Country Focus: Portugal

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Autorola Portugal country manager Miguel Vassalo looks at how data science is a powerful tool to make smarter business decisions in a country where diesel sales remain very strong.

Diesel continues to buck the trend in Portugal

Portugal is one of the few countries in Europe now where diesel remains dominant and it looks as though it will not change any time soon. Diesel cars comprised 61% of the 2017 new car market (a fall of just 3%) with gasoline sitting at 34% and plug-in hybrids and EVs doubling sales to 4,200 cars (1.9%).

New car sales in Portugal continue to grow and are slowly getting back to the pre-2012 crash levels. Sales rose by a healthy 7.5% in 2017 to 260,654 units, while January to May 2018 the market rose to 123,428, an increase of 5.3% compared with the same period in 2017.

The fall in new car sales experienced in 2012 to 111,299 units is still having a major impact on the supply of used cars coming into the market.

Around 68,000 used cars were imported (around one quarter of new car sales) in 2017 to help satisfy consumer demand. This has been the only way the industry has been able to balance the supply with demand and is likely to continue until such time the industry’s new car market shows strong and consistent levels of annual growth.

 

Models in demand

Diesel Renaults and Peugeots are the most popular and typically cost between €8-10,000. Typically the Renault Mégane, Peugeot 208, 308 and 508 are all in high demand from independent dealers. Many of these used cars are imported via Autorola’s online remarketing portal with cars being purchased predominantly from France, Germany, Belgium and Holland. Within a few days of buying online, the used cars can be on a dealer’s forecourt ready for sale.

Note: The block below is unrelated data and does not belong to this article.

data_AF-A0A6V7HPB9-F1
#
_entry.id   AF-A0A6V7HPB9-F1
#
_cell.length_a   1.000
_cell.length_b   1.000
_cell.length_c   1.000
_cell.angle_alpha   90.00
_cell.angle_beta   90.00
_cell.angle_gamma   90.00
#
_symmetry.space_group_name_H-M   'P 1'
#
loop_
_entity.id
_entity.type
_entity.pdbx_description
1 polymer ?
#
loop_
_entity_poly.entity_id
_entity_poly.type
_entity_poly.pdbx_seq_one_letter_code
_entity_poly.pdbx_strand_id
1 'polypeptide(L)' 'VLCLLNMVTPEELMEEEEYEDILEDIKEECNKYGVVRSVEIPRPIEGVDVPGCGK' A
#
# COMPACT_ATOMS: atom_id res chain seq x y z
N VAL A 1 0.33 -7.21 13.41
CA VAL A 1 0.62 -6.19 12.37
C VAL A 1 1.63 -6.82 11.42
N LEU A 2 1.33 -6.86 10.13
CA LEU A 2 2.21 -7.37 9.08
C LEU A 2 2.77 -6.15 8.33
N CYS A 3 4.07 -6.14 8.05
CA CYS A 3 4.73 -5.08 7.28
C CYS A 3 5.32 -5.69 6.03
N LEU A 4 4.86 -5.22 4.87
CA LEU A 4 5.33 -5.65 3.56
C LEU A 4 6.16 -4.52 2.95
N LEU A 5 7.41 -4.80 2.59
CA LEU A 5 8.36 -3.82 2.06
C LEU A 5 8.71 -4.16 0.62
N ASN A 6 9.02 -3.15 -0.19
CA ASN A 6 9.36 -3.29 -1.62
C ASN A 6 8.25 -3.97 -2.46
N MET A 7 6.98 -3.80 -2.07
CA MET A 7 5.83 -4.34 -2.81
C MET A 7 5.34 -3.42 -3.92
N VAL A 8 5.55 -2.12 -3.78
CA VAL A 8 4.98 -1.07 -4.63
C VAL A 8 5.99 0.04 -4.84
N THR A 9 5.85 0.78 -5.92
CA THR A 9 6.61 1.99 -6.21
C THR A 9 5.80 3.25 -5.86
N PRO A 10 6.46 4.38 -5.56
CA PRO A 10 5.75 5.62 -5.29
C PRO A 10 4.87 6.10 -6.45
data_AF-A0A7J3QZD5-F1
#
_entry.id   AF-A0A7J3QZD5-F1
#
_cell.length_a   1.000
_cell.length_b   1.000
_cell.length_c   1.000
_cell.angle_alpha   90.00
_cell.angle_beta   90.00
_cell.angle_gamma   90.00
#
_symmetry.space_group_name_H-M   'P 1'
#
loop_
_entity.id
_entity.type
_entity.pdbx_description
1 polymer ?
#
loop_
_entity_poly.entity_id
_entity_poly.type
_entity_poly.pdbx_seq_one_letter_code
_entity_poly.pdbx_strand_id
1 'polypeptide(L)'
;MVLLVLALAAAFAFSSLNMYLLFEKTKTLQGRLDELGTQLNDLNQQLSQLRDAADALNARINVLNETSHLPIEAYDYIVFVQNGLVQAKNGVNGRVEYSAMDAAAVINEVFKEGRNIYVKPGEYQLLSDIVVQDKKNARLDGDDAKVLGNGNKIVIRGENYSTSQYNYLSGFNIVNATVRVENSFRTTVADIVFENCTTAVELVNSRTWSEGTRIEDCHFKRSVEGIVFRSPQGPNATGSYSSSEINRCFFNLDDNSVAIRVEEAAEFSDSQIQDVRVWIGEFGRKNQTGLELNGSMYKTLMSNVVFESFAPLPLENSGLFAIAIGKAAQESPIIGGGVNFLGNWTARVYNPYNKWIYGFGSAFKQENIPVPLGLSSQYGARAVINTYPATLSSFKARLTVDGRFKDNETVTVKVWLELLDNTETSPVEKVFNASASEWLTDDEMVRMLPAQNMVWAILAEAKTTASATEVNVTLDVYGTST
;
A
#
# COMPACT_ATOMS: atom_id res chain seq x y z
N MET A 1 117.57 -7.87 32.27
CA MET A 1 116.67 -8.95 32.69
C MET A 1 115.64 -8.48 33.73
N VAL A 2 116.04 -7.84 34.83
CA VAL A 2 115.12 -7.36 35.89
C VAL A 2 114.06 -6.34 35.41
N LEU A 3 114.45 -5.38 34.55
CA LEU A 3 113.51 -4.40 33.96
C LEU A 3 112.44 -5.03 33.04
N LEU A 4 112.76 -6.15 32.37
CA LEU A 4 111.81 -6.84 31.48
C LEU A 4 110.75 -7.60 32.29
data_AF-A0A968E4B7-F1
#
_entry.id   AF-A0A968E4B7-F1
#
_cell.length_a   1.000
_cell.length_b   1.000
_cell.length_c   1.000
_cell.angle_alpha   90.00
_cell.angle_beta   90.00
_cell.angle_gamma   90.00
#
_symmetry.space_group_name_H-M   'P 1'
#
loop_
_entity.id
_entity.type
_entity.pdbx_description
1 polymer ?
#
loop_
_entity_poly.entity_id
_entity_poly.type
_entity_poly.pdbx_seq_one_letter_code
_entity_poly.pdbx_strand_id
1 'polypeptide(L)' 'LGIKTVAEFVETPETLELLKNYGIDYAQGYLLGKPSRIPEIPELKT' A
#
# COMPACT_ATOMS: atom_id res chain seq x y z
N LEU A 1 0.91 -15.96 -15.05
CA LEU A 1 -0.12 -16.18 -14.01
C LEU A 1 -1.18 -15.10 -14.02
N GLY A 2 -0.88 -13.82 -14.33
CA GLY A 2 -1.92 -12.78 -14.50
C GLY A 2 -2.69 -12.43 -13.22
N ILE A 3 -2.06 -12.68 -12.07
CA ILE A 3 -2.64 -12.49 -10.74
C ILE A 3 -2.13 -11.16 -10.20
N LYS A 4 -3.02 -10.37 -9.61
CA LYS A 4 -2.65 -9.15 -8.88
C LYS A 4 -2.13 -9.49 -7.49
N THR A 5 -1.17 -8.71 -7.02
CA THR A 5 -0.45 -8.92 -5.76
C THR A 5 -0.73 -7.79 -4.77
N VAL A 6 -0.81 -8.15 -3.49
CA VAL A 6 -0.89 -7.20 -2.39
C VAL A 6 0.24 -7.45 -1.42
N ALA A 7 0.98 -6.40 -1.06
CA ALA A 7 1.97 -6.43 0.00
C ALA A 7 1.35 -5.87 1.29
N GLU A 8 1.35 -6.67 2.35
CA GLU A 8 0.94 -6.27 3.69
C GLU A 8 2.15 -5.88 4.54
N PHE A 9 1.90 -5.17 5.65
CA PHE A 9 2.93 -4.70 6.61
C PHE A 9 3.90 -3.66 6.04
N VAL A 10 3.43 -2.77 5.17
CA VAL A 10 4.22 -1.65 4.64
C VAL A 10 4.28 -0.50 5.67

Portugal has a strong passion for French cars, with the Renault Clio and Peugeot 208 the year’s best-selling models. This duo is closely followed by the Nissan Qashqai, while Mercedes is the most popular premium brand.

One key spoiler in the new car market could be the new WLTP regulations. Introduced to measure fuel consumption and CO2 emissions from passenger cars and vans on a more real-world basis, WLTP affects the global automotive sector and will put all OEMs on the same band width.

The Portuguese government is yet to announce the fiscal impact of the new legislation. With new car taxes already very high in Portugal it could be extremely harmful for some brands. The government could choose to introduce a new transitional legal framework to control the taxes’ impact based on CO2, which would help support new car sales.

Whichever route they take, it leaves the market in a period of uncertainty, which is not a positive place to be for consumers and businesses looking to buy new cars.

A demanding low-emission zone has yet to be launched in any Portuguese city and diesel remains the most popular fuel. However, low-emission hybrids and zero-emission cars, such as the popular Nissan Leaf, will continue to grow while the Portuguese government incentives are in place.

 

The shift to digital

Autorola has been at the heart of the used car industry for many years and been a key contributor to the digital transformation of the motor industry. The country continues to grow its reputation as having a high technology infrastructure and used car vendors from dealers and leasing companies, to banks and rental companies have embraced online selling.

Over the past five to six years, some 50% of business cars have been sold online at an average price of €10-12,000. Typically, the used cars are between three and four years of age with around 110,000km on the clock. Companies such as leasing, rentals and dealer groups have had great results online across the Autorola group and, in Portugal, hold regular weekly online sales to dispose of their cars.